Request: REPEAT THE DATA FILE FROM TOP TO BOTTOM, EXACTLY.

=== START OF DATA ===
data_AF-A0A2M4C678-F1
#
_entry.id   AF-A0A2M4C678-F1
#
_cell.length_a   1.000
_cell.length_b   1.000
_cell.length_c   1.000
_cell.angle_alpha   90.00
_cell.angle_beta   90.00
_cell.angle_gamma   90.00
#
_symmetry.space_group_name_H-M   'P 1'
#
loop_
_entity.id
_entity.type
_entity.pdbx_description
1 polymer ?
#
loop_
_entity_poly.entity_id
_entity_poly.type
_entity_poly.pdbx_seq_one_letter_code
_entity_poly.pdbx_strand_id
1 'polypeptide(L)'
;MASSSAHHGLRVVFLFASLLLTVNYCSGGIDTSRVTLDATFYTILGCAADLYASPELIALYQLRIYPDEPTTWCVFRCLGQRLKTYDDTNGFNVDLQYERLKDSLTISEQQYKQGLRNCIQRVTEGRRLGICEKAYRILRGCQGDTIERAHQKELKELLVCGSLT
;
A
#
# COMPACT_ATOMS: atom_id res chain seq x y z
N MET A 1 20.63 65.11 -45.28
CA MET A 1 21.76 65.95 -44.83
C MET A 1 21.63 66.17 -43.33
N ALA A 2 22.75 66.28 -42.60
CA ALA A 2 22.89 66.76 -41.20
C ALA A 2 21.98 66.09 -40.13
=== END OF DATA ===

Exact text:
data_AF-A0A2M4C678-F1
#
_entry.id   AF-A0A2M4C678-F1
#
_cell.length_a   1.000
_cell.length_b   1.000
_cell.length_c   1.000
_cell.angle_alpha   90.00
_cell.angle_beta   90.00
_cell.angle_gamma   90.00
#
_symmetry.space_group_name_H-M   'P 1'
#
loop_
_entity.id
_entity.type
_entity.pdbx_description
1 polymer ?
#
loop_
_entity_poly.entity_id
_entity_poly.type
_entity_poly.pdbx_seq_one_letter_code
_entity_poly.pdbx_strand_id
1 'polypeptide(L)'
;MASSSAHHGLRVVFLFASLLLTVNYCSGGIDTSRVTLDATFYTILGCAADLYASPELIALYQLRIYPDEPTTWCVFRCLGQRLKTYDDTNGFNVDLQYERLKDSLTISEQQYKQGLRNCIQRVTEGRRLGICEKAYRILRGCQGDTIERAHQKELKELLVCGSLT
;
A
#
# COMPACT_ATOMS: atom_id res chain seq x y z
N MET A 1 20.63 65.11 -45.28
CA MET A 1 21.76 65.95 -44.83
C MET A 1 21.63 66.17 -43.33
N ALA A 2 22.75 66.28 -42.60
CA ALA A 2 22.89 66.76 -41.20
C ALA A 2 21.98 66.09 -40.13